EXPLOREMY LIBRARY
Kids & Teens
Ask Science and Arts Magazine for Kids and Children

Ask Science and Arts Magazine for Kids and Children January 2020

Each themed issue of ASK invites newly independent readers to explore the world of science and ideas with topics that really appeal to kids: What makes wind? Where do colors come from? Were pirates real? Filled with lively, well-written articles, vivid graphics, activities, cartoons, and plenty of humor, ASK is science kids demand to read! Grades 3-5

Country:
United States
Language:
English
Publisher:
Cricket Media, Inc.
Frequency:
Monthly
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9 Issues

in this issue

2 min.
nosy news

Nar-WHO-ga? An unusual skull arrived at a museum in Denmark in 1990. The skull came from a hunter, who said it had belonged to a weird-looking sea creature. Recently, scientists decided to take a closer look at the old skull with new technology. It turned out to be a narluga—an unusual cross of two different species. The animal’s father was a beluga whale. Its mother was a narwhal. The researchers figured out its identity by studying DNA from the skull and teeth. Male narwhals usually have just one tooth, which grows out of the front of the animal’s head like a unicorn horn. Belugas have lots of teeth. The narluga had an in-between number of teeth, some pointing forward like a narwhal tusk. Scientists have never seen an animal quite like it. Wandering…

2 min.
ask a pigeon!

Q What’s the difference between a pigeon and a dove? A Mostly…the name. There are about 250 species of pigeons and doves in the world. Some are called pigeons, and some are called doves (and some are called paloma), but all belong to the bird family Columba. I sometimes think people call us doves when they like us, and pigeons when they don’t! Q Are pigeons nice? A We are so sweet and trusting! Pigeons’ easy-going personality is one big reason we get on so well with humans. Q Why does every city in the world have pigeons? A Humans have themselves to thank! City pigeons all over the world are descended from rock doves, Columba livia. We are native to the Middle East and central Europe. Long ago, wild rock pigeons lived in big colonies…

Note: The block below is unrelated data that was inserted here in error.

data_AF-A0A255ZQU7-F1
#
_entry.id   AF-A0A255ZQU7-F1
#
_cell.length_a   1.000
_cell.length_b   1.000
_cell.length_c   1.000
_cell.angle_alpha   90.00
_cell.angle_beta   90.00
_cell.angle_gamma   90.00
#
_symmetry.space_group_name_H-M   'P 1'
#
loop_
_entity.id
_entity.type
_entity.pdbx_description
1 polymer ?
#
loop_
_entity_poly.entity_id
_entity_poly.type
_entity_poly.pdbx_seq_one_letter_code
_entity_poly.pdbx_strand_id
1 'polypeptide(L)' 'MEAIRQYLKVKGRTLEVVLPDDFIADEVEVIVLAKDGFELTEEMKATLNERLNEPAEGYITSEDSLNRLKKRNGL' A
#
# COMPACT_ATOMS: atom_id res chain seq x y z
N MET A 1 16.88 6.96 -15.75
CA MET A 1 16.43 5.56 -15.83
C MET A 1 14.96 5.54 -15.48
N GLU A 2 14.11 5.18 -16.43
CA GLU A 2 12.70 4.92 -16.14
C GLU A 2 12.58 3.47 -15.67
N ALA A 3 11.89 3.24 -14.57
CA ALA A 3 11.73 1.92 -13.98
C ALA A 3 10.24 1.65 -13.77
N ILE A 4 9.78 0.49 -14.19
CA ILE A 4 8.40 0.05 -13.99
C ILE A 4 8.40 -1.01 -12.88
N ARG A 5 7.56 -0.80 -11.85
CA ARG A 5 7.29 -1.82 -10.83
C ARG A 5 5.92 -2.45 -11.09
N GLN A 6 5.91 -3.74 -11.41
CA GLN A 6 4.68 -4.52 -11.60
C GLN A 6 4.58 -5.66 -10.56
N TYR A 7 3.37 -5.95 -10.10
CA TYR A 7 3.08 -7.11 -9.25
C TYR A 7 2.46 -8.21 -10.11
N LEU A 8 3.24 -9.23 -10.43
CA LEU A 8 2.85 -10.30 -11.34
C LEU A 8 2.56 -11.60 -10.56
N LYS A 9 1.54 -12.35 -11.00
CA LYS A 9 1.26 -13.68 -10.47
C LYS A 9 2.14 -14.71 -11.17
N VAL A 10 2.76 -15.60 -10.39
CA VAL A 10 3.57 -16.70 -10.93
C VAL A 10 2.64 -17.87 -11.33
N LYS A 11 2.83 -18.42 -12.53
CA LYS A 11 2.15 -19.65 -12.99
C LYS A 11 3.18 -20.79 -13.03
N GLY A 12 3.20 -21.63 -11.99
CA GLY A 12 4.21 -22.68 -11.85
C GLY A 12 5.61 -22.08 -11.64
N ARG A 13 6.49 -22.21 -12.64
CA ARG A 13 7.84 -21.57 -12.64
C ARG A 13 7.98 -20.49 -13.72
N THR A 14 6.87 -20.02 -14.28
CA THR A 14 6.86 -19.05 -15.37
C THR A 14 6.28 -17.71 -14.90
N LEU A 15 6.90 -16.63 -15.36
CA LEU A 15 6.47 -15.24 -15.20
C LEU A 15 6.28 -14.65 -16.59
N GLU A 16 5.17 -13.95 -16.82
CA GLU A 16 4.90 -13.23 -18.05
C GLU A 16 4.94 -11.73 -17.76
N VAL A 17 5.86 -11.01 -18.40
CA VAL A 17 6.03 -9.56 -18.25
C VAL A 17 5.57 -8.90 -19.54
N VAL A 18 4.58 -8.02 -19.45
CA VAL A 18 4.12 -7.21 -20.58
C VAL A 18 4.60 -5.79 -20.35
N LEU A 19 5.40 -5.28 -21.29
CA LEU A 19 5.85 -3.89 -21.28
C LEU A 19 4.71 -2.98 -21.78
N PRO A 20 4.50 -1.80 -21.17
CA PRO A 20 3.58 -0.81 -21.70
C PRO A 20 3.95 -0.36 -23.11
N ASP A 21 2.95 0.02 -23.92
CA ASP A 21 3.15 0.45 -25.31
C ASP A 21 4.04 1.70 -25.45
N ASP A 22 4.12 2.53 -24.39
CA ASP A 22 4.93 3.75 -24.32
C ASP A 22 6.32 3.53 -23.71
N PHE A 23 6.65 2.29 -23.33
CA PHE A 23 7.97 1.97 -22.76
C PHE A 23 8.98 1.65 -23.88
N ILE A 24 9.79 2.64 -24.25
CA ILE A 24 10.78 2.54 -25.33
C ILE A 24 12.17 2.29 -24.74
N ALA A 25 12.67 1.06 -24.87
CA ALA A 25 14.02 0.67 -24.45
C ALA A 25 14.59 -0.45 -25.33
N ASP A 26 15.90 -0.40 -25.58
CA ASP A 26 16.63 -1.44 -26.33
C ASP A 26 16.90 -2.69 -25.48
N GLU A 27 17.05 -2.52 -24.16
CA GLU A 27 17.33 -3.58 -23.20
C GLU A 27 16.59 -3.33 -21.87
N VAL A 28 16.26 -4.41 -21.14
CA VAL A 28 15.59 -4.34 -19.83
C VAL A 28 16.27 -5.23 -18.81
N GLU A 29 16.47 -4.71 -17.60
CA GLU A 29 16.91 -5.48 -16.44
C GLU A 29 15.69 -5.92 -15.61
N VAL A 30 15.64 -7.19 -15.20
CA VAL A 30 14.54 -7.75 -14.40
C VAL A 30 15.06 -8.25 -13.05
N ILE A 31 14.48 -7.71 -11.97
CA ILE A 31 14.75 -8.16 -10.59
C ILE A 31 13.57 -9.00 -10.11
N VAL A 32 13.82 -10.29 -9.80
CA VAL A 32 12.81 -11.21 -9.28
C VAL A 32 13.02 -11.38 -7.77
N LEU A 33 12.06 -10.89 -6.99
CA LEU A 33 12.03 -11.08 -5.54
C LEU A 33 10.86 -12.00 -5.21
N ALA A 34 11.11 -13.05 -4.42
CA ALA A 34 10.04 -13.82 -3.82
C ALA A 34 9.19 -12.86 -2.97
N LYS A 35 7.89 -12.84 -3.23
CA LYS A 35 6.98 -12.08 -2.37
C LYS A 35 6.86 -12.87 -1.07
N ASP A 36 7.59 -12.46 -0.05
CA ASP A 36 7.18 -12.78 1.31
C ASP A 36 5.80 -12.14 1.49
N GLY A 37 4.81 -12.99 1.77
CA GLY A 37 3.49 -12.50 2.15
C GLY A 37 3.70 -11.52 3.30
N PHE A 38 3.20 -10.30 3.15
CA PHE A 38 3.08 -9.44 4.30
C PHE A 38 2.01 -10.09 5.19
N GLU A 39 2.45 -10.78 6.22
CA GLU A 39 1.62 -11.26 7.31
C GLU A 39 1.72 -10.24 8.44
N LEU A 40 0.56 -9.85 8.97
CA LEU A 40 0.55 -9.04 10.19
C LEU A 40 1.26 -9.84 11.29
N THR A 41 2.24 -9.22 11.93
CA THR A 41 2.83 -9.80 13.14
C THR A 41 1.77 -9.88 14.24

1 min.
meet the family

Q How do homing pigeons find their way home? A Nobody knows completely for sure—but we’re very good at it! Pigeons have a great memory for routes, and we can follow a landscape like a map. We can tell which way is north by the sun. Plus, tiny bits of metal in our beaks act like a compass. We can also sense places where the magnetic field changes a bit, and use those landmarks. Then there’s sound. We can hear very low notes made by the earth moving. This sound is different in every place. And smell! Our sensitive noses can smell water, farms, and scents of home from many miles away. And we also like to follow other pigeons. With all these clues, the way home is usually pretty clear. Though…

2 min.
pigeon anatomy

Q Why don’t I ever see baby pigeons? A Pigeons build their nests high up on buildings, where they’re hard to spot. Baby pigeons stay snug in their nest until they are adult sized. But you might have seen a teenage pigeon. They sometimes follow their parents around, cooing and begging for food. Q Can you have too many pigeons? A No way! Unless, of course, you think there is such a thing as too much pigeon poop. Q Is it true that pigeons make milk? A Pigeons make something called “crop milk” to feed their babies. It’s not really milk—it’s a rich white liquid made by cells in the pigeon’s crop, a special pouch in the neck. Pigeon parents—both moms and dads—feed this crop milk to their squabs, or baby pigeons. They spit it…

1 min.
hello down there

In the early 1900s, most people had no idea what their homes looked like from above. Airplanes were a strange new invention. There were no robot drones or satellites looking down. About the only way to see the world from above was to go up in a hot-air balloon—or to be a bird. In 1907, a German pigeon keeper named Julius Neubronner had a bright idea. He wondered whether a pigeon might be able to carry a camera and take photos as it flew. He built a small camera in a pigeon-sized harness. The camera was rigged to automatically snap pictures as the bird circled around. He fitted it onto one of his pigeons, and away it flew. And it worked! Neubronner traveled around with his pigeon camera, taking pictures of different…

1 min.
pigeons get fancy